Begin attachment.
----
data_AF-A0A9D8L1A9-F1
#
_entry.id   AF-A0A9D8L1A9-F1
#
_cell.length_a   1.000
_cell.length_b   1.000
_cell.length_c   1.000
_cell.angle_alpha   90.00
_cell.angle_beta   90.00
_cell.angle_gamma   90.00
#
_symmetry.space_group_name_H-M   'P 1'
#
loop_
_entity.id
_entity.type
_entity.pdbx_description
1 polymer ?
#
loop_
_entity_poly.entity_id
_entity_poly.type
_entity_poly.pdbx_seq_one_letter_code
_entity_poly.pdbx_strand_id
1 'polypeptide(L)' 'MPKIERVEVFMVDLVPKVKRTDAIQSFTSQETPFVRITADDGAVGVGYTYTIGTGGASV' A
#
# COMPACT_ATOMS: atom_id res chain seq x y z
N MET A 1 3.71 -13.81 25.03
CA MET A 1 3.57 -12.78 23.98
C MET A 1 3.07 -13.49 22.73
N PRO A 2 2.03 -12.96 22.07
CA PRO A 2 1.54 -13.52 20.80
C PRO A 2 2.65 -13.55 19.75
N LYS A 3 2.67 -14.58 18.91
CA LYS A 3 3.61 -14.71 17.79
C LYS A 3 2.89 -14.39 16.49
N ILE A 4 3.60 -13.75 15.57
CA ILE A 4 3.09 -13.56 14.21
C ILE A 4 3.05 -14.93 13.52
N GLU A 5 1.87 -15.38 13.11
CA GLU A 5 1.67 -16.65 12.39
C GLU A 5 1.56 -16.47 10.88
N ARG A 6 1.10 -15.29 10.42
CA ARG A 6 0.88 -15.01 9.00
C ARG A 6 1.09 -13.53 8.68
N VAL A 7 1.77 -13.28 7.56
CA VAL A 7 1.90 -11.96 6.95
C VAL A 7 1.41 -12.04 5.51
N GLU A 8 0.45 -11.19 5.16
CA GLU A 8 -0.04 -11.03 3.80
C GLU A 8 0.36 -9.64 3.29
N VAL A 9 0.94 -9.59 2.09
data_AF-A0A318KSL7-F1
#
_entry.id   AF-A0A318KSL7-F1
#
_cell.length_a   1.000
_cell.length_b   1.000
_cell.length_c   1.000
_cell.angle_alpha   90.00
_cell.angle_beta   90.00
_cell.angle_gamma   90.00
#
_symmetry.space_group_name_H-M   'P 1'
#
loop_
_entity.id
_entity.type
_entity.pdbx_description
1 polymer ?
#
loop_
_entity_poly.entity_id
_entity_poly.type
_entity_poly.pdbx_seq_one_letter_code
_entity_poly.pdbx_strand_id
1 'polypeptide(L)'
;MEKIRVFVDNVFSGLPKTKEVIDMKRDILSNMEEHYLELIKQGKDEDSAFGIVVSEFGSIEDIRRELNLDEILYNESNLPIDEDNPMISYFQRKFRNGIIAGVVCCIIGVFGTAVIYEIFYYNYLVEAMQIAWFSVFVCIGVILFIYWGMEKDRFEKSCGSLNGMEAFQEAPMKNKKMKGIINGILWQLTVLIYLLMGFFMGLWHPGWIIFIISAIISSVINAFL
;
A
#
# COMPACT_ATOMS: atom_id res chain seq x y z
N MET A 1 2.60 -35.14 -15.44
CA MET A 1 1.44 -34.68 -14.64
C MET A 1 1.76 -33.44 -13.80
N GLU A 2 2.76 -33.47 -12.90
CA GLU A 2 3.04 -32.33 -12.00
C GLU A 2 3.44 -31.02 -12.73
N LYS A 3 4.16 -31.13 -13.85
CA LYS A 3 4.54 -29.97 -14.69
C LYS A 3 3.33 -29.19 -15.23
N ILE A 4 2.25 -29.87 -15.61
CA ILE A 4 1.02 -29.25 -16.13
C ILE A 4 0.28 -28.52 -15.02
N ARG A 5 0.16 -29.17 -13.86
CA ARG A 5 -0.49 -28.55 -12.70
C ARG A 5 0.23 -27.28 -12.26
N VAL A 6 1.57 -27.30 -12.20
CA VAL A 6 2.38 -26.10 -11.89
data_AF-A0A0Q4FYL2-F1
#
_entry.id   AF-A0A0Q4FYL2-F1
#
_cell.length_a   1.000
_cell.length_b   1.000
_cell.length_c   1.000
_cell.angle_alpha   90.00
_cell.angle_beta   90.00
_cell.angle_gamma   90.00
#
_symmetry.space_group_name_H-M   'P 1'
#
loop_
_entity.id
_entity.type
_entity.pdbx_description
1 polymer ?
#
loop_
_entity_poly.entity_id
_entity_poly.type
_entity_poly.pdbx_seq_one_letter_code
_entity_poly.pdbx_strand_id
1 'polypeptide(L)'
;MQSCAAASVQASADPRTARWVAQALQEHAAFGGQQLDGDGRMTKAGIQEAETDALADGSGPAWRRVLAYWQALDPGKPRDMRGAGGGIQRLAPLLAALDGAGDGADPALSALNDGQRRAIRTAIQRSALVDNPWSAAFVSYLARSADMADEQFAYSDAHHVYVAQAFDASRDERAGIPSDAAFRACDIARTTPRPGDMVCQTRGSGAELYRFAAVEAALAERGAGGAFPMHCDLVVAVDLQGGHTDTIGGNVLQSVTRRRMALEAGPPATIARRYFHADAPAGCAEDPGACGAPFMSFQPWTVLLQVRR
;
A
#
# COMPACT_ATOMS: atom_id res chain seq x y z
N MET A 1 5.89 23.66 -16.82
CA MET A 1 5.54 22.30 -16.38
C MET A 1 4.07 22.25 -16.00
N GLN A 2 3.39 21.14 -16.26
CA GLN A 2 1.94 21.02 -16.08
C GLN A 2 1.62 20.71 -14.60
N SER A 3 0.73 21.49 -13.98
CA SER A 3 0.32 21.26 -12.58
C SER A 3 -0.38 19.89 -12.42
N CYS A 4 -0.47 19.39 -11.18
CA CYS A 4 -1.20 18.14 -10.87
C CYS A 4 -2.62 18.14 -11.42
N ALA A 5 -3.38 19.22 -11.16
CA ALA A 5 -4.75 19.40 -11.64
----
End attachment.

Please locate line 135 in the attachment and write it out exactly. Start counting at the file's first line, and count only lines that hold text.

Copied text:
C GLN A 2 1.62 20.71 -14.60